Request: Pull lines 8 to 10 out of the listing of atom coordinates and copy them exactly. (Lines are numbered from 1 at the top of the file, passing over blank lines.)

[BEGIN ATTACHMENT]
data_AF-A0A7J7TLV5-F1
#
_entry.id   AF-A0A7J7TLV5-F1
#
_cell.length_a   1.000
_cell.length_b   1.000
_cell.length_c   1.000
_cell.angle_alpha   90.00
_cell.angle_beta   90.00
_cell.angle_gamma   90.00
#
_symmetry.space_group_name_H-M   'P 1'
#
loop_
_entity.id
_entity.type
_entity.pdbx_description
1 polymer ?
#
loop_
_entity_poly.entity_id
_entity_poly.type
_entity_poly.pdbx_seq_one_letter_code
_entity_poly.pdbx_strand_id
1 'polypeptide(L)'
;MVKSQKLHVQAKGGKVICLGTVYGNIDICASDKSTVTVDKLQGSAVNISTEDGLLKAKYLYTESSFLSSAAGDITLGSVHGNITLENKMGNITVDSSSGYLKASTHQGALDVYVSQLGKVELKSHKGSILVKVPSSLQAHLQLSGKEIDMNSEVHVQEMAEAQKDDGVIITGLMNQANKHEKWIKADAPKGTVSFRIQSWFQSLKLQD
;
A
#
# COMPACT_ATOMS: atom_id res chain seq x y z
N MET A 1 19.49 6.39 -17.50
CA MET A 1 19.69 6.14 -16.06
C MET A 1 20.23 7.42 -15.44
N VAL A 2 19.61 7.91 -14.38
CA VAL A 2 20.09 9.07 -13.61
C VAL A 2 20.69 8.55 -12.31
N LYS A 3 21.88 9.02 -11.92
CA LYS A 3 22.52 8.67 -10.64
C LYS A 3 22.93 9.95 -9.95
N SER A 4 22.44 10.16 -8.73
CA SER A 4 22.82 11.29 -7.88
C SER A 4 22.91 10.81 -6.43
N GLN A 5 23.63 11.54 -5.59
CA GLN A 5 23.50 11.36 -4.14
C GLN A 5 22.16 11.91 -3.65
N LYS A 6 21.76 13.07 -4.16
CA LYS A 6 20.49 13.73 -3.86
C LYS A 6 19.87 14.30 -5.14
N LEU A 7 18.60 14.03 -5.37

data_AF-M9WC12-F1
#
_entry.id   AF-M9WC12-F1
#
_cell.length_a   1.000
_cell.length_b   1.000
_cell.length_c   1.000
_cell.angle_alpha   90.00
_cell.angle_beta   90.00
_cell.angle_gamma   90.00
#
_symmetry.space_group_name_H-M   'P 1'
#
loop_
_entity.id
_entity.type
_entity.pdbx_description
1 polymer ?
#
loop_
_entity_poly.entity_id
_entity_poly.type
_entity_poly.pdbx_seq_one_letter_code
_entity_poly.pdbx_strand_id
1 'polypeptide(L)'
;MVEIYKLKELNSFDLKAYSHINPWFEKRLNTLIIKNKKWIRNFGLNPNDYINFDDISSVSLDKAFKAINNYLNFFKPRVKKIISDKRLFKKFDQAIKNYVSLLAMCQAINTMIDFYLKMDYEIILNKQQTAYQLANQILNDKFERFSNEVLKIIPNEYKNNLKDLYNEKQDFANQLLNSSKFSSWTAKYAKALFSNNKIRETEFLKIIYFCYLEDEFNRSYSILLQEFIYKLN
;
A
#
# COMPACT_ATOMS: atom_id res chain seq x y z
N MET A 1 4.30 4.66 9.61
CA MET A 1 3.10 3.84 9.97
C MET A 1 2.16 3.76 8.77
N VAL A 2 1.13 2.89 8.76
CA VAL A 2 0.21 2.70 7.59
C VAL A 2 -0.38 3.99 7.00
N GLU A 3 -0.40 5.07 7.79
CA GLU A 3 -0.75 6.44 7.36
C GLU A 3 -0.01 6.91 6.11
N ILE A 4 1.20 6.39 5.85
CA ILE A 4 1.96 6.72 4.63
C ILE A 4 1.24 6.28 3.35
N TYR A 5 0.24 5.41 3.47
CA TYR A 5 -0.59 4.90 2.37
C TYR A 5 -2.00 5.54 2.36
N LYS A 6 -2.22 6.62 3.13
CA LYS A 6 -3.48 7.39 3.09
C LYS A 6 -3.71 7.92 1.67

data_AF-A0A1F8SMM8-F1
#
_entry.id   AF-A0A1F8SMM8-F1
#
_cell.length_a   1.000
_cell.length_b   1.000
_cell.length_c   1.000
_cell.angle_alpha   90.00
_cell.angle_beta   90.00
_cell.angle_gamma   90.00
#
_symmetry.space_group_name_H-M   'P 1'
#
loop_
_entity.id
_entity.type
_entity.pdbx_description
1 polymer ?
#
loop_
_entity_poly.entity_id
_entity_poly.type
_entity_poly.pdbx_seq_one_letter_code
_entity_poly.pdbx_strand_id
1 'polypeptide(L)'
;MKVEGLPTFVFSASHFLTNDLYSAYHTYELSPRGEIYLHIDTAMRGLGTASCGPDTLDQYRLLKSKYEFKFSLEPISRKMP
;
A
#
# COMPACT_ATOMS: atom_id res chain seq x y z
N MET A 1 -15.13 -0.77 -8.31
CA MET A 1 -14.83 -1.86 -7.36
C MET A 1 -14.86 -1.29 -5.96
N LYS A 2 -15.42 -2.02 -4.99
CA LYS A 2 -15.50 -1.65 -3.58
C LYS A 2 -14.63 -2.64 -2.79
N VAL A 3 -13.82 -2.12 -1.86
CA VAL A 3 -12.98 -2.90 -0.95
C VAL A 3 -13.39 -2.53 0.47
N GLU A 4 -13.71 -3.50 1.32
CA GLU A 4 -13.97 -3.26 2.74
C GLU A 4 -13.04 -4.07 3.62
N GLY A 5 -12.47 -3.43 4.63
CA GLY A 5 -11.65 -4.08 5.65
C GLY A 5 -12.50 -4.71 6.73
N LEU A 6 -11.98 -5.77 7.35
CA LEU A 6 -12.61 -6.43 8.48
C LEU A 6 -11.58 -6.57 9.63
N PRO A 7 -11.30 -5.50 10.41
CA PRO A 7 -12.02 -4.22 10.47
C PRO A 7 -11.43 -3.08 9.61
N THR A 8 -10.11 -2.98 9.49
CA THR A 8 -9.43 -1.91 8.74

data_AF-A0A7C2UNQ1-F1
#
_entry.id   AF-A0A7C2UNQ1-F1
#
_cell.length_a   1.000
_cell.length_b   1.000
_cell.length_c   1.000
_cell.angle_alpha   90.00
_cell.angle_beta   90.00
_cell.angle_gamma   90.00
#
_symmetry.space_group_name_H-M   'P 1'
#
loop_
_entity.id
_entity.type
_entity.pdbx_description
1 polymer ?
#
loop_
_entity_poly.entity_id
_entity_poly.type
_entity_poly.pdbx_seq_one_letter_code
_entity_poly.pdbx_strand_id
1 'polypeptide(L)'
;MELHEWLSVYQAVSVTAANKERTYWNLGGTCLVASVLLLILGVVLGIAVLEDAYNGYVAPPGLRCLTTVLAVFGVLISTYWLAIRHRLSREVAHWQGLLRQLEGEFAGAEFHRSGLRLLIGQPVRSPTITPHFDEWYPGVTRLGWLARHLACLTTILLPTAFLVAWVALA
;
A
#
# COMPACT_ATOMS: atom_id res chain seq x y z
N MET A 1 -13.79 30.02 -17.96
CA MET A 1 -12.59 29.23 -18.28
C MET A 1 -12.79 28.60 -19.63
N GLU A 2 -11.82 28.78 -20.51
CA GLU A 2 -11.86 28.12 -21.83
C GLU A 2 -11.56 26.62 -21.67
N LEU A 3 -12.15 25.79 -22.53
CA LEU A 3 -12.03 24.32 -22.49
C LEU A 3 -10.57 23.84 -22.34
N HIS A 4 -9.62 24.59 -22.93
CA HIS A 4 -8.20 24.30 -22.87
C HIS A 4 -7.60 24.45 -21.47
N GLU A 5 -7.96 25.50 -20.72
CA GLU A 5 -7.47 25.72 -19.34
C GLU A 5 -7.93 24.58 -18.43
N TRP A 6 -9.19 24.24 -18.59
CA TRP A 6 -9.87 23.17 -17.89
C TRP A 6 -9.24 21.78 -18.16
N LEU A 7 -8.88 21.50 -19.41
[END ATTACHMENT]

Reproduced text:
_cell.angle_alpha   90.00
_cell.angle_beta   90.00
_cell.angle_gamma   90.00